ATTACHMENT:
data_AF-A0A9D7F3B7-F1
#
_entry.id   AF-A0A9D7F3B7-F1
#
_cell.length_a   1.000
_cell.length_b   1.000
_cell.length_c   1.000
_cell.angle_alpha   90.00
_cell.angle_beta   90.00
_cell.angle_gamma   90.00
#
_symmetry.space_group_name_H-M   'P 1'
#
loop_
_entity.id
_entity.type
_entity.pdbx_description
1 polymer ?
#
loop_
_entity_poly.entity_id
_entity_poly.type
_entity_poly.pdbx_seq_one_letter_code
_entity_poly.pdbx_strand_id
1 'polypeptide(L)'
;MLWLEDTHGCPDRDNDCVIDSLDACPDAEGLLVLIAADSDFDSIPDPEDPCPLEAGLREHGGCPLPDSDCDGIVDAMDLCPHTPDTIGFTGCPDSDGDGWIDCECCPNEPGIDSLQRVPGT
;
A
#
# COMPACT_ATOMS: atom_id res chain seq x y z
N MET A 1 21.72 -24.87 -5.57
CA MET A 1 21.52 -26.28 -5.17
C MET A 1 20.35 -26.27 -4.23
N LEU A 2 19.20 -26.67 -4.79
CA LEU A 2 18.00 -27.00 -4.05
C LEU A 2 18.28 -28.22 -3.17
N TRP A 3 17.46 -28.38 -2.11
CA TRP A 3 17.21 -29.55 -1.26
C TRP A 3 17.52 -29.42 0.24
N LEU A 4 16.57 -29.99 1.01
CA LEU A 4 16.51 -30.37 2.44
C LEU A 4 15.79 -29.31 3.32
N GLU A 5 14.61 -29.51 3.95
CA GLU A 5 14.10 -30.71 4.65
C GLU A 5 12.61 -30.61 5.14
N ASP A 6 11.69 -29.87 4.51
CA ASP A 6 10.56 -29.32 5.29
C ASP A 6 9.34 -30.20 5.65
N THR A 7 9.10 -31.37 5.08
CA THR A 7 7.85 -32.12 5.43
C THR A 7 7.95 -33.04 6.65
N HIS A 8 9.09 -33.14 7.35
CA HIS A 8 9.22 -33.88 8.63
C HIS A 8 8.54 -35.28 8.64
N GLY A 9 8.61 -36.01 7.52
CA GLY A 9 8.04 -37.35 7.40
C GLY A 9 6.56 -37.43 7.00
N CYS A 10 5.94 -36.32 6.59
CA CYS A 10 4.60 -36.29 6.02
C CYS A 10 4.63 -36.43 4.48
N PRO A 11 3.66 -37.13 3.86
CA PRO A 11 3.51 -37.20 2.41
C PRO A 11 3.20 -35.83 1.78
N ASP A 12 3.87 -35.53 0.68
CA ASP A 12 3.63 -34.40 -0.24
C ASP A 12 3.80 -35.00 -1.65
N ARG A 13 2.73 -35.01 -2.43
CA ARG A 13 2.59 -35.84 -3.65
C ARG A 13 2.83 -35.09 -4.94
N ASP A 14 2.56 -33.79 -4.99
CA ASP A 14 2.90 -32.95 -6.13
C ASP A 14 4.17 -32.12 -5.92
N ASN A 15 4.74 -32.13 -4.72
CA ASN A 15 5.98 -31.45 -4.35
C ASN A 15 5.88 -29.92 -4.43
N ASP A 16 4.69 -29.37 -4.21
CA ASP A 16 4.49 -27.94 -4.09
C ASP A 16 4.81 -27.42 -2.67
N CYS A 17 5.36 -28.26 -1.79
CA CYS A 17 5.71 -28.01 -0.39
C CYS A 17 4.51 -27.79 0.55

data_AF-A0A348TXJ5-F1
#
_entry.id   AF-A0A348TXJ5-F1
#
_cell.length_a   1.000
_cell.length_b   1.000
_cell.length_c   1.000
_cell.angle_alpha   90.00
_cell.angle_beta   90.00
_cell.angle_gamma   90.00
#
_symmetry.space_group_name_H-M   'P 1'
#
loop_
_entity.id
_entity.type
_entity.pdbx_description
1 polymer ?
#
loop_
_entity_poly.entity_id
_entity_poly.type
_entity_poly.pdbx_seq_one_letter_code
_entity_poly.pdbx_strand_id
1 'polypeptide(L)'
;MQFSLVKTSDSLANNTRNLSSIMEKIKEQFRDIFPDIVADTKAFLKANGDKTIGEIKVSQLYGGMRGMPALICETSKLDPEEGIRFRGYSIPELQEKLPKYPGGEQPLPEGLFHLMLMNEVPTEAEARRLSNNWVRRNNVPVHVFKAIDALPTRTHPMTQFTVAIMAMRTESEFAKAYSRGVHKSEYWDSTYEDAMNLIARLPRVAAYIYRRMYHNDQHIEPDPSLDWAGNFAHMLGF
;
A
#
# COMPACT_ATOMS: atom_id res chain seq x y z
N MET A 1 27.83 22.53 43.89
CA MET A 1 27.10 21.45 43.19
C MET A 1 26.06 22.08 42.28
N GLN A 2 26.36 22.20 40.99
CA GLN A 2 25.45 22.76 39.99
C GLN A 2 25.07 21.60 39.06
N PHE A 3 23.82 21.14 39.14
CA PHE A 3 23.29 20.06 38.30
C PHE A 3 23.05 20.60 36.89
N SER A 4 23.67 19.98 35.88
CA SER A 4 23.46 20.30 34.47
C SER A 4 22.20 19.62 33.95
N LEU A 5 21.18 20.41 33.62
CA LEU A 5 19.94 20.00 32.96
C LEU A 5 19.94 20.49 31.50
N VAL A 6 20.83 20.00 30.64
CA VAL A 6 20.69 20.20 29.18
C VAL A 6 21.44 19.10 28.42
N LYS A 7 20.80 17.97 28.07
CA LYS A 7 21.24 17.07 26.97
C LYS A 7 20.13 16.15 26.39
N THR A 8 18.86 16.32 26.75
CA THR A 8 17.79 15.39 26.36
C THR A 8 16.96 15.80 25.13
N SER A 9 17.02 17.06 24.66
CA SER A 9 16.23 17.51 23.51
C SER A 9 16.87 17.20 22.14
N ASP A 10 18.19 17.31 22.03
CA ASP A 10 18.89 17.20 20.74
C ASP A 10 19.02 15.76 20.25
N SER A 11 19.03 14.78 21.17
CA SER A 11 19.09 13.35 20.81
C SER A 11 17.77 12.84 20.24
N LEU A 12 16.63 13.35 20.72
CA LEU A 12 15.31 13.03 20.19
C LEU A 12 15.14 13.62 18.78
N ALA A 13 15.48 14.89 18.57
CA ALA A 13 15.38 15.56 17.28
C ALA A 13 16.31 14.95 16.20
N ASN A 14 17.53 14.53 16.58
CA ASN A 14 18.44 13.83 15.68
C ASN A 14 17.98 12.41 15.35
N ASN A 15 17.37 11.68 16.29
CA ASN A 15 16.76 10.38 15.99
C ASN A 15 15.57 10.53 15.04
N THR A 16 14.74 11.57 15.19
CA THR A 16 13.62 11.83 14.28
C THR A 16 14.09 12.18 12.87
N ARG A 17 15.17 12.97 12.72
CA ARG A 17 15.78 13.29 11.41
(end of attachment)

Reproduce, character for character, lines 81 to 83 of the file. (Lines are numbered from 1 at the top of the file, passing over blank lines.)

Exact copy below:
C CYS A 17 4.51 -27.79 0.55

data_AF-A0A348TXJ5-F1
#